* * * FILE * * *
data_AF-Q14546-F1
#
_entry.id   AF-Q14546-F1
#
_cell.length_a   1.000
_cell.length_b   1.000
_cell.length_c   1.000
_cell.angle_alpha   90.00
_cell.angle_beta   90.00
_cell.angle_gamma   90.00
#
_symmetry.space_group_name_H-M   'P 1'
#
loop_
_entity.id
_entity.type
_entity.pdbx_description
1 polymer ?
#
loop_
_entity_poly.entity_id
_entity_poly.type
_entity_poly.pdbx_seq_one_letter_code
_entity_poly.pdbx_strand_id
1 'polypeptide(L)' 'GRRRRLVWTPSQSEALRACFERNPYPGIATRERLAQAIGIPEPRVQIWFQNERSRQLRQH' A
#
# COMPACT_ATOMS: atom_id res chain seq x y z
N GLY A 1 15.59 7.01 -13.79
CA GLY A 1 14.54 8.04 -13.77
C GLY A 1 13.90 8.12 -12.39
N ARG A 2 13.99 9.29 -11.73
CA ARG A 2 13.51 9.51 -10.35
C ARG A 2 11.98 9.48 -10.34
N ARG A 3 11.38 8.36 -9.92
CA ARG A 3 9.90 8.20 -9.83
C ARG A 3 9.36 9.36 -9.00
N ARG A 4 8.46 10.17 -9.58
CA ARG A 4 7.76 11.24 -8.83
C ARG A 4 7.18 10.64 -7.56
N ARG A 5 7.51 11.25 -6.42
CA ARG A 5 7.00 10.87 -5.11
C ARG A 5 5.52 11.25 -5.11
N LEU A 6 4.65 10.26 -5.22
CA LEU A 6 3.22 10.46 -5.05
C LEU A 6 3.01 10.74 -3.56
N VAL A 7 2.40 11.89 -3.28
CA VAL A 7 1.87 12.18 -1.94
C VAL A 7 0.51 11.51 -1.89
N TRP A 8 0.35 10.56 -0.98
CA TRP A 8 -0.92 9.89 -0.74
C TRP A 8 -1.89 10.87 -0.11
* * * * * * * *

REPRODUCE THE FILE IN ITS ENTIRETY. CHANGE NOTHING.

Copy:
data_AF-Q14546-F1
#
_entry.id   AF-Q14546-F1
#
_cell.length_a   1.000
_cell.length_b   1.000
_cell.length_c   1.000
_cell.angle_alpha   90.00
_cell.angle_beta   90.00
_cell.angle_gamma   90.00
#
_symmetry.space_group_name_H-M   'P 1'
#
loop_
_entity.id
_entity.type
_entity.pdbx_description
1 polymer ?
#
loop_
_entity_poly.entity_id
_entity_poly.type
_entity_poly.pdbx_seq_one_letter_code
_entity_poly.pdbx_strand_id
1 'polypeptide(L)' 'GRRRRLVWTPSQSEALRACFERNPYPGIATRERLAQAIGIPEPRVQIWFQNERSRQLRQH' A
#
# COMPACT_ATOMS: atom_id res chain seq x y z
N GLY A 1 15.59 7.01 -13.79
CA GLY A 1 14.54 8.04 -13.77
C GLY A 1 13.90 8.12 -12.39
N ARG A 2 13.99 9.29 -11.73
CA ARG A 2 13.51 9.51 -10.35
C ARG A 2 11.98 9.48 -10.34
N ARG A 3 11.38 8.36 -9.92
CA ARG A 3 9.90 8.20 -9.83
C ARG A 3 9.36 9.36 -9.00
N ARG A 4 8.46 10.17 -9.58
CA ARG A 4 7.76 11.24 -8.83
C ARG A 4 7.18 10.64 -7.56
N ARG A 5 7.51 11.25 -6.42
CA ARG A 5 7.00 10.87 -5.11
C ARG A 5 5.52 11.25 -5.11
N LEU A 6 4.65 10.26 -5.22
CA LEU A 6 3.22 10.46 -5.05
C LEU A 6 3.01 10.74 -3.56
N VAL A 7 2.40 11.89 -3.28
CA VAL A 7 1.87 12.18 -1.94
C VAL A 7 0.51 11.51 -1.89
N TRP A 8 0.35 10.56 -0.98
CA TRP A 8 -0.92 9.89 -0.74
C TRP A 8 -1.89 10.87 -0.11